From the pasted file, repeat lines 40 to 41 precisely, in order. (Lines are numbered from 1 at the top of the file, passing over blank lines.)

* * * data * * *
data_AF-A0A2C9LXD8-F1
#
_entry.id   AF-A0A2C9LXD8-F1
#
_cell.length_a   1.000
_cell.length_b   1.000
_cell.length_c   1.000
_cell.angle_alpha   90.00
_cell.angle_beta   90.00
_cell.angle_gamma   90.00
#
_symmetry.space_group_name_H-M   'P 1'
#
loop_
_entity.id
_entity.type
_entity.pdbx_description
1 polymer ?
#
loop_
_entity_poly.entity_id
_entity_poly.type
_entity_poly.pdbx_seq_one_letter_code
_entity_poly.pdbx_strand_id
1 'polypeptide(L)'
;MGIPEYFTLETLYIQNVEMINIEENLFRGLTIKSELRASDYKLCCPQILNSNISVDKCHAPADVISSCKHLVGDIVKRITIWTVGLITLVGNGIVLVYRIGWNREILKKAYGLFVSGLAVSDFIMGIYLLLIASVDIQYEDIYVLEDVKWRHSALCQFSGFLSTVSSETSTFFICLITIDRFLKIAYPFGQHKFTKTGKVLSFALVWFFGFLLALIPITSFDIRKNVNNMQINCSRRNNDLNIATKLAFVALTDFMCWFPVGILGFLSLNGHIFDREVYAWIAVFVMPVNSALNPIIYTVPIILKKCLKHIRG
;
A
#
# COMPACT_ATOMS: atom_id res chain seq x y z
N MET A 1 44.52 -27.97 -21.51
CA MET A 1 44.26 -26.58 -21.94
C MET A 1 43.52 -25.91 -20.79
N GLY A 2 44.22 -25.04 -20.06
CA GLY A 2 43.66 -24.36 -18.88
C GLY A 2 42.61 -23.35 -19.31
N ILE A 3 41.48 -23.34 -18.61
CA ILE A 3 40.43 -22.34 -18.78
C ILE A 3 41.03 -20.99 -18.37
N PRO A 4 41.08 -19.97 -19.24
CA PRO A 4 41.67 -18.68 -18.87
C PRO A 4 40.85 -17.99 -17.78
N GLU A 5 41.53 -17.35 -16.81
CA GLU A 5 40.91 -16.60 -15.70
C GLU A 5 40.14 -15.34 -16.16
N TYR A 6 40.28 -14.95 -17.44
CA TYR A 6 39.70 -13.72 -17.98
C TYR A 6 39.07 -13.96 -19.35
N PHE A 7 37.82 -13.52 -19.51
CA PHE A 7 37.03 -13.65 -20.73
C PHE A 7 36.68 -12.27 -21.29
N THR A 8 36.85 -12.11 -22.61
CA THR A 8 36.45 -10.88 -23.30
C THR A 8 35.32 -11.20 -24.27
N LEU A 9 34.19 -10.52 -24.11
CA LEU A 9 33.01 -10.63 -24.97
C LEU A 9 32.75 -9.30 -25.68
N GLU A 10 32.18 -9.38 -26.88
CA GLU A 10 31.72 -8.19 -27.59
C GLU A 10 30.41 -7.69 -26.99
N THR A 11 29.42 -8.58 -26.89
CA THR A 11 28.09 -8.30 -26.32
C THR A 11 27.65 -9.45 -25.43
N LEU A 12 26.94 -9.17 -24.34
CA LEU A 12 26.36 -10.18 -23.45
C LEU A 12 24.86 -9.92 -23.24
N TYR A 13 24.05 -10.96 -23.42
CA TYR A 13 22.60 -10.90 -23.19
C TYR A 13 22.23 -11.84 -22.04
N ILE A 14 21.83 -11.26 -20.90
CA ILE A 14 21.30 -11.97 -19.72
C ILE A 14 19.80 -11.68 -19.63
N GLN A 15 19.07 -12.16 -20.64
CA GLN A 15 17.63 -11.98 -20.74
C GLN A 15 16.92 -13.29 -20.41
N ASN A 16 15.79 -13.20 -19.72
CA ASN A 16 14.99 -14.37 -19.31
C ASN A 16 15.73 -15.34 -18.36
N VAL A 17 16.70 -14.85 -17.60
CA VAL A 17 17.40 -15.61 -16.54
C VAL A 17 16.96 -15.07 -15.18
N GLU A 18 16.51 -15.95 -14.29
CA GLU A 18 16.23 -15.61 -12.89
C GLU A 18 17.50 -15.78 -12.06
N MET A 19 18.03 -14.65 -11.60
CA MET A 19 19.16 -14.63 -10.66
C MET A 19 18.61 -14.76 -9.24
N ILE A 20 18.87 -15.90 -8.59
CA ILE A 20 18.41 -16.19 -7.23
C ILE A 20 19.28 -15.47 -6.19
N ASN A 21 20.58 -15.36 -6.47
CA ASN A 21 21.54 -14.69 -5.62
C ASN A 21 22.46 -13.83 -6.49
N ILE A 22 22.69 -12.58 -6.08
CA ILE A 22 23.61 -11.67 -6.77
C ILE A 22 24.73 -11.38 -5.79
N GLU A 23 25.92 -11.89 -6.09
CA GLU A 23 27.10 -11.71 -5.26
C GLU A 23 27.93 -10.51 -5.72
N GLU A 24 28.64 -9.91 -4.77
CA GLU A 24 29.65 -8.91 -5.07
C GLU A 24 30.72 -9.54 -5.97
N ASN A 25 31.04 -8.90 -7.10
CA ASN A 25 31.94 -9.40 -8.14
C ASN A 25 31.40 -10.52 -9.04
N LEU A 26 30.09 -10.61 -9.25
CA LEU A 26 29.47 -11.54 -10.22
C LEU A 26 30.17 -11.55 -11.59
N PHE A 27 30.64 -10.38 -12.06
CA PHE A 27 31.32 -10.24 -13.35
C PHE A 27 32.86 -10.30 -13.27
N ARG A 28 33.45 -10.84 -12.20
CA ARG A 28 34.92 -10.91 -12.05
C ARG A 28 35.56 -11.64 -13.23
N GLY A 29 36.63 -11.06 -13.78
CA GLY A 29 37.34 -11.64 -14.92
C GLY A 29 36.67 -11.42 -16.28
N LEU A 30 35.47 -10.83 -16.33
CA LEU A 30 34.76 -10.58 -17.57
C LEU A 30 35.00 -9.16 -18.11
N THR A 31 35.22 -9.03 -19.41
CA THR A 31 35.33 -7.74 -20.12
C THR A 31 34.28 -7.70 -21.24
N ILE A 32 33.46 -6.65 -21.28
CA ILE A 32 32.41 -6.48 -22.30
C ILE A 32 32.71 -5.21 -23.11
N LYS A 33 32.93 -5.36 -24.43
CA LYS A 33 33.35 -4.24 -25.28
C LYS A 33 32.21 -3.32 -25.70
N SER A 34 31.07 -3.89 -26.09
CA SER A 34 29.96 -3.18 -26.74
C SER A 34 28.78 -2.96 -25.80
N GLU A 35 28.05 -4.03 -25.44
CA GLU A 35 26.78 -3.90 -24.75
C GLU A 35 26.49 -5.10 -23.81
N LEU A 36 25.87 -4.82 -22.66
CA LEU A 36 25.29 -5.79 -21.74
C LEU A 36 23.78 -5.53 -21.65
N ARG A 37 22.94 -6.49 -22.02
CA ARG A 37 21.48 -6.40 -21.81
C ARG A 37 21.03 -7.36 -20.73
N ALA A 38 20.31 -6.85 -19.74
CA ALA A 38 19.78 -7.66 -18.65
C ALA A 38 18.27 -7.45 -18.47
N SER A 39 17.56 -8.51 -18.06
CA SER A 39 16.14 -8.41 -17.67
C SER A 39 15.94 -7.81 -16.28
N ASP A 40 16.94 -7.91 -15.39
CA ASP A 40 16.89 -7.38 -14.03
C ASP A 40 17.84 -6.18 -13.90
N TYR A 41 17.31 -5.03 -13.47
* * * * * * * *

N PRO A 4 41.08 -19.97 -19.24
CA PRO A 4 41.67 -18.68 -18.87